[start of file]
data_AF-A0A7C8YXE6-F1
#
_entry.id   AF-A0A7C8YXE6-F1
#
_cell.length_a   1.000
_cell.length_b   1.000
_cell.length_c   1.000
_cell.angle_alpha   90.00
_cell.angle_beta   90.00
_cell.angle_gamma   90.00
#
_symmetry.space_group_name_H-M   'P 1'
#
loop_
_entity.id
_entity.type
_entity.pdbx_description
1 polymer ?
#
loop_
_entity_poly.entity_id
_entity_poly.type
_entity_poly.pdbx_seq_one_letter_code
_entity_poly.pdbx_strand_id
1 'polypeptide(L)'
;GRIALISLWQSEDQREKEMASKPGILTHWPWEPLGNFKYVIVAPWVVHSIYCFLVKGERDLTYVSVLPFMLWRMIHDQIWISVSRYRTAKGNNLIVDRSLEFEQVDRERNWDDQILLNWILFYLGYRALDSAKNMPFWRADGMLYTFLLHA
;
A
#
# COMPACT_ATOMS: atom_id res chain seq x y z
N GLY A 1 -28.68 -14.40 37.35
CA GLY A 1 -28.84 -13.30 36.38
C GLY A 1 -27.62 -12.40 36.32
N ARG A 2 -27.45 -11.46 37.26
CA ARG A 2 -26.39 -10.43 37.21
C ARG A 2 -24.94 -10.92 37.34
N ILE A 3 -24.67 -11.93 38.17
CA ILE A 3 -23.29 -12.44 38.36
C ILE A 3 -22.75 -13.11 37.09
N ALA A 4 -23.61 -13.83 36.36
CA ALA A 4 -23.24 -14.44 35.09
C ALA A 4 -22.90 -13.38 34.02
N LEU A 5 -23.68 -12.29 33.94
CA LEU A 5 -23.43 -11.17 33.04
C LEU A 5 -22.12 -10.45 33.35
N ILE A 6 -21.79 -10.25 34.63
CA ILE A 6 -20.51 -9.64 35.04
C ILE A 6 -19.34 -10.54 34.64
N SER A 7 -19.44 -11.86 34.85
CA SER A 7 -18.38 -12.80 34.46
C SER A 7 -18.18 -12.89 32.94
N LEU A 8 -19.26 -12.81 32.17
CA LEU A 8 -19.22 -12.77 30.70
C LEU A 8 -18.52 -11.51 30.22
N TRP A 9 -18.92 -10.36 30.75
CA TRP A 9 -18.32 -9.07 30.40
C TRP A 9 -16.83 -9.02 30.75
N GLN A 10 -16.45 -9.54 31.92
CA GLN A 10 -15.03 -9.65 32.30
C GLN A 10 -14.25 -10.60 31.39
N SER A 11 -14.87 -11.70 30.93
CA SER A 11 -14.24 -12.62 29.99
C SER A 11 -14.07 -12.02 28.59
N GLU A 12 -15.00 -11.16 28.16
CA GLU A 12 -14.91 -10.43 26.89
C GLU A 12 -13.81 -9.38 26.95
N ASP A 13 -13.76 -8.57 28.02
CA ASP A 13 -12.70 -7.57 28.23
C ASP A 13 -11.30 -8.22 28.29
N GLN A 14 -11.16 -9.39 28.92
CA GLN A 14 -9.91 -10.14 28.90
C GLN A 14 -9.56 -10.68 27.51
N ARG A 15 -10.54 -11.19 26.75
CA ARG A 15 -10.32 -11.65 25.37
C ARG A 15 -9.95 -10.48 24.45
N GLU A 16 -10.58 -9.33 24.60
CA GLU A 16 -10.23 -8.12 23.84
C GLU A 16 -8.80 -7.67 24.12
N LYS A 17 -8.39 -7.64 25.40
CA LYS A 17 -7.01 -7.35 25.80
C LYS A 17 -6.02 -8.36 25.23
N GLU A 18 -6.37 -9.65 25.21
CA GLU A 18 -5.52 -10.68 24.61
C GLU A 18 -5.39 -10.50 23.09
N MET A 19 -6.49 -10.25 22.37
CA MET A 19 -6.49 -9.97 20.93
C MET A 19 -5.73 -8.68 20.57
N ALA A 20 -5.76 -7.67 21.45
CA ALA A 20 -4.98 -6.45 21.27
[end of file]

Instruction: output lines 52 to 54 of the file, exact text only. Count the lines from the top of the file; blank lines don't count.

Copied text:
N LEU A 8 -19.26 -12.81 32.17
CA LEU A 8 -19.22 -12.77 30.70
C LEU A 8 -18.52 -11.51 30.22